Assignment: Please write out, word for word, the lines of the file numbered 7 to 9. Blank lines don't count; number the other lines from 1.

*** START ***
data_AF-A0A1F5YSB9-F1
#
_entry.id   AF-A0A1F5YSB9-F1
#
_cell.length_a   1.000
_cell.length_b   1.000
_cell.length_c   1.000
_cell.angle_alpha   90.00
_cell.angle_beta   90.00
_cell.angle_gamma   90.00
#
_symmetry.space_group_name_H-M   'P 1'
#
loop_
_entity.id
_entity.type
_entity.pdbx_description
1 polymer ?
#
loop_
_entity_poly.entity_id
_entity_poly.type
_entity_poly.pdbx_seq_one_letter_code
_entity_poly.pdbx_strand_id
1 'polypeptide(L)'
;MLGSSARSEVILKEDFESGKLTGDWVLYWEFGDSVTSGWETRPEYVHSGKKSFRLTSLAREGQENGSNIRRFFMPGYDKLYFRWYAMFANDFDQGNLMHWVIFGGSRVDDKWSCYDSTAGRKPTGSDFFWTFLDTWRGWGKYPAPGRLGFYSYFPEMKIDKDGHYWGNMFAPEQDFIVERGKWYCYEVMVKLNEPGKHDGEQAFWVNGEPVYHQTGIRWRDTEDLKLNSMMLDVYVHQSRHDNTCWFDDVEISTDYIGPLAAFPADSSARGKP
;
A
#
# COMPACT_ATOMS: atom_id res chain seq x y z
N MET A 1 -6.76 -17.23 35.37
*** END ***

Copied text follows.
_cell.length_c   1.000
_cell.angle_alpha   90.00
_cell.angle_beta   90.00